New state program keeping new teachers on the job

Published: Sep. 12, 2012 at 9:32 PM EDT|Updated: Oct. 12, 2012 at 9:33 PM EDT
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CHARLOTTE, NC (WBTV) - North Carolina state lawmakers are thinking about teacher retention. That's why they are using "Race to the Top" federal dollars to fund a program to keep teachers on the job. Studies show about 50% of new teachers call it quits within five years.

The program is called NC New Teacher Support program. It is housed at the University of North Carolina - Charlotte (UNCC). It is also housed at three other colleges in NC.

Here's how it works - experienced coaches travel to schools that are low performing and supports teachers. In our area teachers at West Mecklenburg High School, Martin Luther King Middle, Reid Park Elementary, and Sedgefield Elementary participate in the program. UNCC also travels to Anson County, Rowan - Salisbury and Hickory City Schools to help teachers. The program administrator, Amanda Macon, claims this program is important.

"Teachers begin to get their best performance out of their students in years four and five," Macon said. "So if we are losing teachers after year one and two, they haven't maximized their potential."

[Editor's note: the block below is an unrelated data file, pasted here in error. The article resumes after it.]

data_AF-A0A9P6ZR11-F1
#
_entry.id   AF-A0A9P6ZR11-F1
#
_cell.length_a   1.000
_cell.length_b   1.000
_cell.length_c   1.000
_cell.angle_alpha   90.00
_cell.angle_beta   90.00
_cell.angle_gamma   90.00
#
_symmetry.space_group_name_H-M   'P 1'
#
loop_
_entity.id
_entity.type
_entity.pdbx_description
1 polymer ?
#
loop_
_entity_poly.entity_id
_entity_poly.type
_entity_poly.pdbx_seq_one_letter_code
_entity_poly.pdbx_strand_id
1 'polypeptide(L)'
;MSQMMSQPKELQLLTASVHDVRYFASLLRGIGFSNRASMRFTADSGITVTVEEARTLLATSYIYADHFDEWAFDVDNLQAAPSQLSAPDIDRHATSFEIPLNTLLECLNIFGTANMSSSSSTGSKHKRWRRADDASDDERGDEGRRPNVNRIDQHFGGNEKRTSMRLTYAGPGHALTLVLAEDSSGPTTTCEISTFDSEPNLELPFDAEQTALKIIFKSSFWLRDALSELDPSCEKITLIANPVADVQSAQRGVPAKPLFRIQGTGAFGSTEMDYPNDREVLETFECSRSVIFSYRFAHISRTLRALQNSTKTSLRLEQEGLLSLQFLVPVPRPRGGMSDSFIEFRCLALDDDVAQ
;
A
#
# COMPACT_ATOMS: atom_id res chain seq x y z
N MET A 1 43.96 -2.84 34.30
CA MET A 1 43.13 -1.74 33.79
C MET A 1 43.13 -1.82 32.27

Teachers who participate in the program believe it makes the difference. Angela Mitchell is a second year teacher in Charlotte - Mecklenburg school (CMS) district. .

"That support gives me more confidence in the classroom," Mitchell said. "They come in. They look at my lesson plan. They look at how I am teaching. They come in and critique and let me know what I am doing right what I may need to improve upon."

More than 100 teachers are in the program at UNCC. It is in its second year and the program has only lost one teacher. Macon says this program will help boost academic achievement.

"If teachers are happy in their classrooms," Macon said. "Then they are going to work harder and they are going to do creative things. They are going to keep students' attention."

It takes about $400,000 a year to run the program. Funds run out in 2014. State officials and UNCC are looking for grants and other monies to keep the program alive.